Dr. Ann Findley

Professor of Biology, University of Louisiana at Monroe

Contact Information:
ULM Biology Department • 323 CNSB • 700 University Avenue  
Monroe, LA 71209 • U.S.A. 
Phone: 318/342-1817 • Fax: 318/342-1790 
e-mail: afindley@ulm.edu

Education/Training

Postdoctoral Study, Brookhaven Natl. Lab, Louisiana State University

Ph.D, 1980, Louisiana State University

M.S., 1977, Louisiana State University

B.S., 1974, St. John’s University, NY

Major Research Interests:

The genomics of Mycobacterium bacteriophage

 

As a member of Cohort I of the HHMI-supported National Genomics Research Initiative (NGRI), ULM has participated in the HHMI-Science Education Alliance Phage Hunters Program for four years.  Over one hundred students (~25/year) have benefited from the year-long inquiry-based research laboratory experience, and preliminary data indicate that the program has been successful in capturing student interest and that participation has translated into greater student success in the introductory biology lecture sequence.  Furthermore, anecdotal evidence indicates that program alumni actively seek out ways to continue their research experience either by joining the research groups of departmental faculty or pursuing off-campus summer research internships.  Based on its early success, we have continued to develop additional research opportunities for interest program students and M.S.-level biology graduate students that build upon the accomplishments of the freshman laboratory and contribute to the fundamental understanding of phage genome organization and gene function.  Our laboratory is currently pursuing are variety of different bacteriophage projects including: lysogen testing for homo/heteroimmunity screening; pulse-field electrophoresis to estimate genome size; restriction digestion profile analysis for probable phage cluster identification; gene knockout experiments to determine the essential/nonessential nature of open reading frames; and, use of bioinformatics tree-building algorithms to explore the relatedness of Mycobacteriophage cluster/subcluster members.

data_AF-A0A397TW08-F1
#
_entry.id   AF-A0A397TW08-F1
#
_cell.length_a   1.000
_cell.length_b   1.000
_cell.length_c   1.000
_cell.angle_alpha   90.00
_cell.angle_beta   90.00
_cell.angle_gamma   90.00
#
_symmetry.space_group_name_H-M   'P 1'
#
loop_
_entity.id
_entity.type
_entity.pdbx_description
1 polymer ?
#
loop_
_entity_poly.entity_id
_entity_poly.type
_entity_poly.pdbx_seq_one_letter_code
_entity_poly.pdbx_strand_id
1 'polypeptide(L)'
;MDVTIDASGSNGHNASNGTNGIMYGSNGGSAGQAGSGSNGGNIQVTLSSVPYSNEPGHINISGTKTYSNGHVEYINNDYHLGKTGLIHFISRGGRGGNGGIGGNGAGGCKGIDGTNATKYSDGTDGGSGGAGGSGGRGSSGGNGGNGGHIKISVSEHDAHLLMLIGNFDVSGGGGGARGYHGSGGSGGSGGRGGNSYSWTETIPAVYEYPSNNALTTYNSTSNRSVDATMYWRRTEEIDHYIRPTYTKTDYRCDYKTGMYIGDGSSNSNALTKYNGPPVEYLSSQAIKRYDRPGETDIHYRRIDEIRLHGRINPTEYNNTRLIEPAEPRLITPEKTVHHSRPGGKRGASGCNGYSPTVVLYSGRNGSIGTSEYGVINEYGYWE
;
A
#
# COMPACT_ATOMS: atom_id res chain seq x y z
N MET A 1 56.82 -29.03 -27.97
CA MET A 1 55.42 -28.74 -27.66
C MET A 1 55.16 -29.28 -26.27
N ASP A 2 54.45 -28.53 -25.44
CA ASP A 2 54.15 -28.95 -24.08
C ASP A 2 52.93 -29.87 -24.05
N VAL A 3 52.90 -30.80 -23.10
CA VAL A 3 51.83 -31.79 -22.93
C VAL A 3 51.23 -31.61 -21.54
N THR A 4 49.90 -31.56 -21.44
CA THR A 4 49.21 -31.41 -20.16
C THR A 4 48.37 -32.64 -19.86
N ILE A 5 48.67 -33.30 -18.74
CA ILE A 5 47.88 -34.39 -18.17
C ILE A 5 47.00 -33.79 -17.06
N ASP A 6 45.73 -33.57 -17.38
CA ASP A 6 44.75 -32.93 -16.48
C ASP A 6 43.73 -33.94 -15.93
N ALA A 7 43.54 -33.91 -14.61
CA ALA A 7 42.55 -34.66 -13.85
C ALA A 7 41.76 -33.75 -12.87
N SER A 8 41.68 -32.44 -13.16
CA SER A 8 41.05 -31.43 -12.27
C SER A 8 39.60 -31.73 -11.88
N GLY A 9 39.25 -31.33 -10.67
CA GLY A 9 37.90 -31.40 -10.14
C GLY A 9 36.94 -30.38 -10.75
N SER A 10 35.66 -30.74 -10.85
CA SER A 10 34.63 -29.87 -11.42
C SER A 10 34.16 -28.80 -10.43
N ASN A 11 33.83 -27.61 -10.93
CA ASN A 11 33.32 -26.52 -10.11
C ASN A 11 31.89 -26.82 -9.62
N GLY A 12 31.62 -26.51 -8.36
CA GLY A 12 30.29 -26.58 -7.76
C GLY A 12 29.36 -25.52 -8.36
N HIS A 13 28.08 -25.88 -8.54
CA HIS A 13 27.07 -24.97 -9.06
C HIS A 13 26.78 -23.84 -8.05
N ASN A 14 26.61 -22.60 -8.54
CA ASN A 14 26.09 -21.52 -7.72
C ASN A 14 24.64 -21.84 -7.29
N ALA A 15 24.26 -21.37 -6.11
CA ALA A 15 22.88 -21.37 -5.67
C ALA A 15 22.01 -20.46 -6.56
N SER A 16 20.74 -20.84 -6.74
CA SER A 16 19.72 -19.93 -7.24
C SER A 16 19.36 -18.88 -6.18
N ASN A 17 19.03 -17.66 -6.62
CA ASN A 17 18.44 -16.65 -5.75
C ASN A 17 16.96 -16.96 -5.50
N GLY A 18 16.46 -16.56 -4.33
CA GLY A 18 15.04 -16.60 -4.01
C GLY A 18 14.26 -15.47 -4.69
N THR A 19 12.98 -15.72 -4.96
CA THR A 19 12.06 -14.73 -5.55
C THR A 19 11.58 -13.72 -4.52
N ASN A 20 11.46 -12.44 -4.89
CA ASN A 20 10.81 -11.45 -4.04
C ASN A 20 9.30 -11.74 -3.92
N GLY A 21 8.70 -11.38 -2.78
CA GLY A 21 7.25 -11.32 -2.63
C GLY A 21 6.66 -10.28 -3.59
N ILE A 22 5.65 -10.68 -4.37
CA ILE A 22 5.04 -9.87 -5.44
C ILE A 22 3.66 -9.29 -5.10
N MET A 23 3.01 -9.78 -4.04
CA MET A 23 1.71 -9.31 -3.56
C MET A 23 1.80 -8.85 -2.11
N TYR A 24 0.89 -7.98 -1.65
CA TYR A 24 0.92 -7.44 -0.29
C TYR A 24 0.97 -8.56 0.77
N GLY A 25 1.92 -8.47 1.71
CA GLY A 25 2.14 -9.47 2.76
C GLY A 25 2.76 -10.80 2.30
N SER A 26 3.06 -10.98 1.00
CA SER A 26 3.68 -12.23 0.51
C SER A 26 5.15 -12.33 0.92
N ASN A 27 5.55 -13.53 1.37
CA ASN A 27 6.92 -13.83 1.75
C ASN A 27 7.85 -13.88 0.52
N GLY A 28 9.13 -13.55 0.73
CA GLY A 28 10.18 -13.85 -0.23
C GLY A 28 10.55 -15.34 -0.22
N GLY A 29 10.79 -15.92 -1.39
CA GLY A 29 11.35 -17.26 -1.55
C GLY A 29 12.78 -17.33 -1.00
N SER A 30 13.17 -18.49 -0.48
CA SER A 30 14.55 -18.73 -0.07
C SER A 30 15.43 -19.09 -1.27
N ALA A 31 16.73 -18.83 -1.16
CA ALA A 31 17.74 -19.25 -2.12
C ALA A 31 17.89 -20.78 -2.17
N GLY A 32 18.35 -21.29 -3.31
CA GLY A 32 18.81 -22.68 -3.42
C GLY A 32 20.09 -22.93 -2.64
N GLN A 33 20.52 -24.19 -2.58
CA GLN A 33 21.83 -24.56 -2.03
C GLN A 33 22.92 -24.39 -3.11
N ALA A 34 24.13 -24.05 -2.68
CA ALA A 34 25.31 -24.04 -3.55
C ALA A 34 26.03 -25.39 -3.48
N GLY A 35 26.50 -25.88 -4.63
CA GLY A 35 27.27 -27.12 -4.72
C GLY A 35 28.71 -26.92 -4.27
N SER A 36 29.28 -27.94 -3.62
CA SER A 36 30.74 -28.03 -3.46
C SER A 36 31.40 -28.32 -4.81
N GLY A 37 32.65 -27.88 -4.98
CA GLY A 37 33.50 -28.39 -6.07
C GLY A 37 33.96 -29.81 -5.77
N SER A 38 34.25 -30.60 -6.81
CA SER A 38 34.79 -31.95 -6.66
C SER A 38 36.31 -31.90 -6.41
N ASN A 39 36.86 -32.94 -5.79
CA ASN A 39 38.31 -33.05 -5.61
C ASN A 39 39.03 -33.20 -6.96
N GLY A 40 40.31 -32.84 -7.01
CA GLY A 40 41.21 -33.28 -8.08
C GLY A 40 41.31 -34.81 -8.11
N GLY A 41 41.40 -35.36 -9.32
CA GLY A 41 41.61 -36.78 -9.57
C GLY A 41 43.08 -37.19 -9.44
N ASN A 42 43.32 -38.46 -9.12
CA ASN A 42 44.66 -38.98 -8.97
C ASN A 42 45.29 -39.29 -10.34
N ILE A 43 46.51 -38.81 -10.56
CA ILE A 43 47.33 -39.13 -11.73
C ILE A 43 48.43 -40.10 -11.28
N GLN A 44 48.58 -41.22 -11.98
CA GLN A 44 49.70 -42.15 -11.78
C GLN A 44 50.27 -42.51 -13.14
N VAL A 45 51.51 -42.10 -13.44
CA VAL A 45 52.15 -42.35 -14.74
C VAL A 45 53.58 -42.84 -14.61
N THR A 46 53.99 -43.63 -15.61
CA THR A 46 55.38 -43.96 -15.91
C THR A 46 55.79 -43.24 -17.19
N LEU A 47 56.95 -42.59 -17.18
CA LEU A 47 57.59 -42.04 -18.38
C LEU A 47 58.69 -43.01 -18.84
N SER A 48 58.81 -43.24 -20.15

Representative Publications:

W. H. Pope, et al., “Expanding the Diversity of Mycobacteriophages: Insights into Genome Architecture and Evolution, PLoS One, Vol. 6e, 16329 (2011).

P. Marsteller, A. Findley, K. Joplin, K. Nelson, K. Thompson, D. Usher and J. Watkins, “Quantitative Biology Faculty Institutes,” CBE Life Sci. Ed. 9, 165 (2010).

A. M. Findley, E. H. Weidner, K. R. Carman, Z. Xu and J. S. Godbar, “Role of the Posterior Vacuole in Spraguea lophii(Mircosporidia) Spore Hatching,” Folia Parasitol. 52, 111 (2005).

R. Buchholz, M. D. Jones, S. J. Hecht and A. M. Findley, “Investigating the Turkey Snood as a Morphological Marker of Heritable Disease Resistance, J. Anim. Breed. Gen. 121, 176 (2004).

E. Weidner and A. Findley, “Catalase in Microsporidian Spores Before and During Discharge,” Biol. Bull., 205, 236 (2003).

M. D. Jones, C. C. Locklear, R. Buchholz, S. J. Hecht and A. M. Findley, “Production of a MHC Class II B Molecular Probe for the Wild Turkey, Meleagris gallopavo, ” J. Appl. Genetics, 44(3), 369 (2003).

E. Weidner and A. Findley, “Peroxisomal Catalase in Extrusion Apparatus Posterior Vacuole of Microsporidian Spores,” Biol. Bull. 203, 212 (2002).

A. M. Findley, S. J. Lindsey and S. Watts, “The Impact of Religious Belief on Learning in the Science Classroom,” ERIC-Sci. Ed., ED460017 (2001).

C. M. Doffitt, J. M. Holt, E. H. Weidner, and A. M. Findley, “Early Carbohydrate Metabolism and Aerobic Enzyme Analysis of Spraguea lophii (Microsporidia),” S. E. Biol. 48(2),105 (2001).

E. Weidner, A. M. Findley, V. Dolgikh and J. Sokolova, “Microsporidian Biochemistry and Physiology,” in: The Microsporidia andMicrosporidiosis, M. Wittner, ed.  (ASM Press, 1999) pp. 172-195.